Anatomical Predictions of Hearing in
the North Atlantic Right Whale
SUSAN E. PARKS,* DARLENE R. KETTEN, JENNIFER T. O’MALLEY,
AND JULIE ARRUDA
Woods Hole Oceanographic Institution, Woods Hole, Massachusetts
Some knowledge of the hearing abilities of right whales is important
for understanding their acoustic communication system and possible
impacts of anthropogenic noise. Traditional behavioral or physiological
techniques to test hearing are not feasible with right whales. Previous
research on the hearing of marine mammals has shown that functional
models are reliable estimators of hearing sensitivity in marine species.
Fundamental to these models is a comprehensive analysis of inner ear
anatomy. Morphometric analyses of 18 inner ears from 13 stranded North
Atlantic right whales (Eubalaena glacialis) were used for development of
a preliminary model of the frequency range of hearing. Computerized to-
mography was used to create two-dimensional (2D) and 3D images of the
cochlea. Four ears were decalcified and sectioned for histologic measure-
ments of the basilar membrane. Basilar membrane length averaged
55.7 mm (range, 50.5 mm–61.7 mm). The ganglion cell density/mm aver-
aged 1,842 ganglion cells/mm. The thickness/width measurements of the
basilar membrane from slides resulted in an estimated hearing range of
10 Hz–22 kHz based on established marine mammal models. Additional
measurements from more specimens will be necessary to develop a more
robust model of the right whale hearing range.
? 2007 Wiley-Liss, Inc.
Anat Rec, 290:734–744,
Key words: cetacean; hearing;cochlea; basilarmembrane;
North Atlantic right whales (Eubalaena glacialis) are
among the most endangered mysticetes (baleen whales)
in the world. Although these whales have been protected
from whaling for much of this century, today fewer than
350 remain (Hamilton and Martin, 1999; Knowlton and
Kraus, 2001). Over 30% of known right whale mor-
talities in the past 30 years have been attributed to
collisions with vessels or entanglement in fishing gear
(Kraus, 1990; Kenney and Kraus, 1993; Laist et al.,
2001). Reducing human contributions to mortality is im-
perative for survival of this species. At present, we do
not know whether the whales are able to hear or localize
an approaching vessel. Failure to hear vessels could be
due to limitations of hearing in right whales or acoustic
propagation anomalies (e.g., the Llyod mirror effect;
Richardson et al., 1995) near the surface. One method
proposed to reduce vessel strikes is to equip ships with
alarm devices that alert whales to an approaching vessel
(Nowacek et al., 2003). Similarly, development of right
whale targeted acoustic pinger systems for fishing gear
could reduce mortality from entanglement. Thus, infor-
mation about the frequency range and sensitivity of
hearing in right whales is necessary to determine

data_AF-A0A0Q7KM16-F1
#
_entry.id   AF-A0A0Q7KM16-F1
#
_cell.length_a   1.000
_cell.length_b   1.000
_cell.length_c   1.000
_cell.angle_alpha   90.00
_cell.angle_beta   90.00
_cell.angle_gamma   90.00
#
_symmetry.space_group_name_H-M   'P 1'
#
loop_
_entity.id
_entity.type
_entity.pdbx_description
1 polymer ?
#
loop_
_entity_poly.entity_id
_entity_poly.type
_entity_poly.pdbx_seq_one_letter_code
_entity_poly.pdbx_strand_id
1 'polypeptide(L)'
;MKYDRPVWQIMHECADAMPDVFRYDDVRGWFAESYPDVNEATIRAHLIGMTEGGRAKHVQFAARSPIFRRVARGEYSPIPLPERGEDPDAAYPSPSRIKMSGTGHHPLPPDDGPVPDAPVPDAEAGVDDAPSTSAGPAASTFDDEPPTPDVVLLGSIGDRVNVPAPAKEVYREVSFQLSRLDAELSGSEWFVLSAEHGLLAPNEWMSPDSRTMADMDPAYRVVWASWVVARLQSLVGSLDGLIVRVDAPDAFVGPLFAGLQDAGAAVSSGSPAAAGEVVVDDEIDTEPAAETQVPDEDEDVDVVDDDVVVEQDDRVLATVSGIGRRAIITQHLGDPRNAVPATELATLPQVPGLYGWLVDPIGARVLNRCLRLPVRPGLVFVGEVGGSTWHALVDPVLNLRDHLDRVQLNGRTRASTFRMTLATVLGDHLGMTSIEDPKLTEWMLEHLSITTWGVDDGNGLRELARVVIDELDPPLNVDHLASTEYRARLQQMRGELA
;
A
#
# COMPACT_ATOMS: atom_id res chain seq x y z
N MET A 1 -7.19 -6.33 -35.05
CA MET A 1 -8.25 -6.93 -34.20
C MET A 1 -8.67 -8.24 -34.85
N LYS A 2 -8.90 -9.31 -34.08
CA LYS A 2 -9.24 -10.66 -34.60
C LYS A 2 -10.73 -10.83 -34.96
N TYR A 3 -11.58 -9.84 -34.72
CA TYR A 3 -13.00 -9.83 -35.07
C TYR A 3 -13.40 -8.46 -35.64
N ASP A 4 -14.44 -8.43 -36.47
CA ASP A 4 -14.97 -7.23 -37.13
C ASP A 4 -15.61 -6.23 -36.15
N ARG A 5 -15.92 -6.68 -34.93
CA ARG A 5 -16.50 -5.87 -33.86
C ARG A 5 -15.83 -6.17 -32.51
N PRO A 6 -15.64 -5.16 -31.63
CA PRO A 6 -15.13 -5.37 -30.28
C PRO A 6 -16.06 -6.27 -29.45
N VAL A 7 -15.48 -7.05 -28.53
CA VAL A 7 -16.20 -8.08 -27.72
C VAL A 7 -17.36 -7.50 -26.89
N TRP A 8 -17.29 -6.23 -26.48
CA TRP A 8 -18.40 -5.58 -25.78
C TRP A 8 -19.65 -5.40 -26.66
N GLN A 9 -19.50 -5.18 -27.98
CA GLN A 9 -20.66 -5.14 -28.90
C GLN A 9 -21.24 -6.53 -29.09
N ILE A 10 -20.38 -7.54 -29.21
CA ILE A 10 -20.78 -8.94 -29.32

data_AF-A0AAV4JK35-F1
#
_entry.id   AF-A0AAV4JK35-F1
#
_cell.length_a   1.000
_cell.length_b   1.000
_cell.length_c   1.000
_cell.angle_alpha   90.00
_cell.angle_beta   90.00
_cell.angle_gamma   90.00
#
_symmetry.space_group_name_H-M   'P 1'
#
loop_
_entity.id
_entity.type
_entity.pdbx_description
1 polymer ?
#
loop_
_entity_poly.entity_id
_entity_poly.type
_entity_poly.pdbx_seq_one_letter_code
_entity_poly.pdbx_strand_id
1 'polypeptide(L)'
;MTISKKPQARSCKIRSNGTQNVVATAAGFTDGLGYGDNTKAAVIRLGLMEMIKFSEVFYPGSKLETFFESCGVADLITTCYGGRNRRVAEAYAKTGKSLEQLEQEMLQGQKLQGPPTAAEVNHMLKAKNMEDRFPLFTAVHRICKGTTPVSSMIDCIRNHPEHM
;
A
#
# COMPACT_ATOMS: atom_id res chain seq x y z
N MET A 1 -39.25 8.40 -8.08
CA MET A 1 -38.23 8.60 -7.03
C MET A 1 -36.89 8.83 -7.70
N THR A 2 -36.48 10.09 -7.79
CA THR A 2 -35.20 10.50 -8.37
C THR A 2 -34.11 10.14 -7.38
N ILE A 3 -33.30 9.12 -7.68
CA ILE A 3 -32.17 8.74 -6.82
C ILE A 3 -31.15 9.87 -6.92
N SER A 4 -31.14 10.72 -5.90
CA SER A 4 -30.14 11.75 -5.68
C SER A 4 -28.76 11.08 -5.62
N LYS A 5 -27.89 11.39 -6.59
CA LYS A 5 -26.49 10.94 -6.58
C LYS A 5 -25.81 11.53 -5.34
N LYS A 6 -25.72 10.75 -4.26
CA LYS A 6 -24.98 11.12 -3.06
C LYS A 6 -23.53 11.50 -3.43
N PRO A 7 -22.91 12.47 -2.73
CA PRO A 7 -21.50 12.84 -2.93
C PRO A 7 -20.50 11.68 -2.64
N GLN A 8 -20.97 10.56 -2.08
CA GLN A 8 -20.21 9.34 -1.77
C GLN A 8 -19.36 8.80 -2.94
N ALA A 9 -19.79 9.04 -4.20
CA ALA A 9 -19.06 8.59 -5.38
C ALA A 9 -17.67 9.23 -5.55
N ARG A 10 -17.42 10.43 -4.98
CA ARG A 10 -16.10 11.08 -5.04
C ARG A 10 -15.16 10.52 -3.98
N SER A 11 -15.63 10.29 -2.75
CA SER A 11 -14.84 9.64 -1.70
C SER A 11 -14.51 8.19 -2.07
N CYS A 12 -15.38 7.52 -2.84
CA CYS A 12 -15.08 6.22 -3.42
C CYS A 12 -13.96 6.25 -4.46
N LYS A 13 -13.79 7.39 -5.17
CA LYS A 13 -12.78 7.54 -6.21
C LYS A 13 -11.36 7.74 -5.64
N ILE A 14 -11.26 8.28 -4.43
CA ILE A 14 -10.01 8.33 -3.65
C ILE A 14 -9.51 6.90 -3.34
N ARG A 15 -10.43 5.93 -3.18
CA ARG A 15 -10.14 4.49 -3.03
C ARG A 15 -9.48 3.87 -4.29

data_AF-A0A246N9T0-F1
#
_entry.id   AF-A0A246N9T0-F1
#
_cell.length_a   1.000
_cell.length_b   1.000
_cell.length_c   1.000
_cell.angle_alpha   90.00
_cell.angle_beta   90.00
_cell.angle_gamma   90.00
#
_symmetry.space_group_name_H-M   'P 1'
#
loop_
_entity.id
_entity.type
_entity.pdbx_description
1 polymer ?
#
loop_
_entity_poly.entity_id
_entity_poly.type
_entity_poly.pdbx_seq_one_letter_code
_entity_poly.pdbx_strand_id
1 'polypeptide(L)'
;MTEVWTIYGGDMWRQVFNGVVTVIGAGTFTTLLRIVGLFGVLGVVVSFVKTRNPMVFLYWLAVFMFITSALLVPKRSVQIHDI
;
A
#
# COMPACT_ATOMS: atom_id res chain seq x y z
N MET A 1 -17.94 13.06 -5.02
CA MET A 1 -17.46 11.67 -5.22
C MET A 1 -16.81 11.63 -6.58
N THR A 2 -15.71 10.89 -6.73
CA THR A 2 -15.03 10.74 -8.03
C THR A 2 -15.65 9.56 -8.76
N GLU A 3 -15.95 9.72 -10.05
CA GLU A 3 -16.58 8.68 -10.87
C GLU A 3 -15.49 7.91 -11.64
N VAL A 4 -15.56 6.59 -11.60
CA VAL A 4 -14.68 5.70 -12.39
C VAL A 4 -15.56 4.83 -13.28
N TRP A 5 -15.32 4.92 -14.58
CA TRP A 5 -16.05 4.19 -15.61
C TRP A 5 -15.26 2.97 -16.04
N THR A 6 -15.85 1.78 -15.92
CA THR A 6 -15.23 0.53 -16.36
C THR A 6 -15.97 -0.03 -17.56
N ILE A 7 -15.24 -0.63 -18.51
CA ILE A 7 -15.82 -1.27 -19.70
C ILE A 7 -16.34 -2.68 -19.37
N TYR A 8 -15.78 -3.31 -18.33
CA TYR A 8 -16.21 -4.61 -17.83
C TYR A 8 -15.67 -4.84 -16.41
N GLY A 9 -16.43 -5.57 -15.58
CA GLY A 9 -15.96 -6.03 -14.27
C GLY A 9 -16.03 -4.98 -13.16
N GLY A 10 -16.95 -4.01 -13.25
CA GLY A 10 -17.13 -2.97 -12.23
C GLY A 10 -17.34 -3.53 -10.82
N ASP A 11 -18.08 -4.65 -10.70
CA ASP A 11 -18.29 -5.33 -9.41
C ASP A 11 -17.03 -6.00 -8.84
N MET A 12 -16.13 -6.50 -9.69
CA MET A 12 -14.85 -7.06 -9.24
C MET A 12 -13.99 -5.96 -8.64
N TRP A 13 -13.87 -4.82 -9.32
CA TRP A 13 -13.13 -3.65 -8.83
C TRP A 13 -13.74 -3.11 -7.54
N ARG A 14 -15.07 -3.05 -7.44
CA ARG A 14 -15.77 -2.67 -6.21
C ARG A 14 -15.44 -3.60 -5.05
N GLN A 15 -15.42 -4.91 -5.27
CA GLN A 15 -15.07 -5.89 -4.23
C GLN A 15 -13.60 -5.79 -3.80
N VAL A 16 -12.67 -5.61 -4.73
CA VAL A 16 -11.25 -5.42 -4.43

whether hearing limitations play a role in vessel colli-
sions, to identify appropriate frequency bands for acous-
tic pinger stimulus development, and to determine what
anthropogenic noise sources may be affecting hearing
and acoustic communication in this species. This study
*Correspondence to: Susan E. Parks, Pennsylvania State Uni-
versity, Applied Research Laboratory, P.O. Box 30 State College,
PA 16804-0030. E-mail: firstname.lastname@example.org
Received 2 March 2007; Accepted 6 March 2007
Published online in Wiley InterScience (www.interscience.wiley.
Grant sponsor: The Northeast Consortium; Grant numbers:
02-560and 03-675;Grant sponsor:
through the Right Whale Initiative of the WHOI Ocean Life
? 2007 WILEY-LISS, INC.
THE ANATOMICAL RECORD 290:734–744 (2007)
uses anatomical measurements to predict the hearing
abilities of right whales.
HEARING STUDIES IN CETACEANS
Most hearing data from cetaceans come from studies
with small captive toothed-whales. Audiograms have
been made from 10 of these species (Au, 2000). Right
whales are not amenable to conventional behavioral or
electrophysical methods for measuring hearing because
of their large size and endangered status. The frequency
range of best hearing is commonly thought to overlap
with that of stereotypical species calls (Sales and Pye,
1974). Most baleen whale vocalizations have the major-
ity of their energy below 1 kHz. The average ambient
noise levels in all 1/3-octave bands below 1 kHz are
higher than 75 dB re 1 mPa (Urick, 1983). Ambient noise
levels may limit the real world detection threshold for
baleen whales. In the field, information on baleen hear-
ing abilities in the context of ambient noise can be
obtained from behavioral responses of whales to play-
back stimuli. Playback experiments with several species
have indicated good directional hearing capabilities in
baleen whales based on orientation toward and localiza-
tion of conspecific calls (Clark and Clark, 1980; Watkins,
1981; Tyack, 1983; Parks, 2003) and clear responses
of gray whales (Eschrichtius robustus) to the calls of
killer whale predators (Orcinus orca) (Cummings and
Thompson, 1971). Studies of baleen whale response to
anthropogenic noise sources documented response at fre-
quencies up to at least 15 kHz (Watkins, 1986). One play-
back experiment estimated the broadband received level
of sound necessary to elicit an approach response from
humpback whales (Megaptera novaeangliae) to be 102 dB